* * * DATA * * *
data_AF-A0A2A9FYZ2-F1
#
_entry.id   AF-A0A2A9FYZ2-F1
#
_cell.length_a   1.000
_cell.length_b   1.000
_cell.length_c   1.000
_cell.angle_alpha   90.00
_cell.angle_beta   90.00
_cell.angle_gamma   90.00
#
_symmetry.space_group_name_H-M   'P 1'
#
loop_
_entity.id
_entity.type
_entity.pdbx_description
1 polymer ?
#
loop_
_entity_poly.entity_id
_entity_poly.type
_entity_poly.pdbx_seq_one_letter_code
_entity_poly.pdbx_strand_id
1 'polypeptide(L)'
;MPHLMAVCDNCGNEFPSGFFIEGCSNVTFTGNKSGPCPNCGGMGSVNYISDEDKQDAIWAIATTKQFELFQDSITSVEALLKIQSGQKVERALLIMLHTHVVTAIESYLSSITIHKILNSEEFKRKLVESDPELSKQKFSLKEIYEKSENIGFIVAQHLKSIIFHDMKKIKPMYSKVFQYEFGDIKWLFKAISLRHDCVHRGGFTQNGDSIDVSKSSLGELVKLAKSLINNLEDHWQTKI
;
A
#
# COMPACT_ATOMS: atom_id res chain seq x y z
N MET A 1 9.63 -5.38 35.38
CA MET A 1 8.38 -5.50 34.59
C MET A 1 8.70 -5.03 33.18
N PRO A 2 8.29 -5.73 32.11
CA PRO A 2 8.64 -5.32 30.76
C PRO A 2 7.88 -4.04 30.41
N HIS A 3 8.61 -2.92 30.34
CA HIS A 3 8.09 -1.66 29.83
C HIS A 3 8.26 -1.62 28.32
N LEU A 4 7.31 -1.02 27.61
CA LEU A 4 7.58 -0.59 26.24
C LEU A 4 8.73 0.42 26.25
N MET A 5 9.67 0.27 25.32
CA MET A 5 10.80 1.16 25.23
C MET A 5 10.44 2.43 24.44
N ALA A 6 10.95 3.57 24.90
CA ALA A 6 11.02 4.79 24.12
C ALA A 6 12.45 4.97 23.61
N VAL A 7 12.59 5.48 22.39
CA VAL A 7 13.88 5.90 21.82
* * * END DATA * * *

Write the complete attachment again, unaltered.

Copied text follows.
data_AF-A0A2A9FYZ2-F1
#
_entry.id   AF-A0A2A9FYZ2-F1
#
_cell.length_a   1.000
_cell.length_b   1.000
_cell.length_c   1.000
_cell.angle_alpha   90.00
_cell.angle_beta   90.00
_cell.angle_gamma   90.00
#
_symmetry.space_group_name_H-M   'P 1'
#
loop_
_entity.id
_entity.type
_entity.pdbx_description
1 polymer ?
#
loop_
_entity_poly.entity_id
_entity_poly.type
_entity_poly.pdbx_seq_one_letter_code
_entity_poly.pdbx_strand_id
1 'polypeptide(L)'
;MPHLMAVCDNCGNEFPSGFFIEGCSNVTFTGNKSGPCPNCGGMGSVNYISDEDKQDAIWAIATTKQFELFQDSITSVEALLKIQSGQKVERALLIMLHTHVVTAIESYLSSITIHKILNSEEFKRKLVESDPELSKQKFSLKEIYEKSENIGFIVAQHLKSIIFHDMKKIKPMYSKVFQYEFGDIKWLFKAISLRHDCVHRGGFTQNGDSIDVSKSSLGELVKLAKSLINNLEDHWQTKI
;
A
#
# COMPACT_ATOMS: atom_id res chain seq x y z
N MET A 1 9.63 -5.38 35.38
CA MET A 1 8.38 -5.50 34.59
C MET A 1 8.70 -5.03 33.18
N PRO A 2 8.29 -5.73 32.11
CA PRO A 2 8.64 -5.32 30.76
C PRO A 2 7.88 -4.04 30.41
N HIS A 3 8.61 -2.92 30.34
CA HIS A 3 8.09 -1.66 29.83
C HIS A 3 8.26 -1.62 28.32
N LEU A 4 7.31 -1.02 27.61
CA LEU A 4 7.58 -0.59 26.24
C LEU A 4 8.73 0.42 26.25
N MET A 5 9.67 0.27 25.32
CA MET A 5 10.80 1.16 25.23
C MET A 5 10.44 2.43 24.44
N ALA A 6 10.95 3.57 24.90
CA ALA A 6 11.02 4.79 24.12
C ALA A 6 12.45 4.97 23.61
N VAL A 7 12.59 5.48 22.39
CA VAL A 7 13.88 5.90 21.82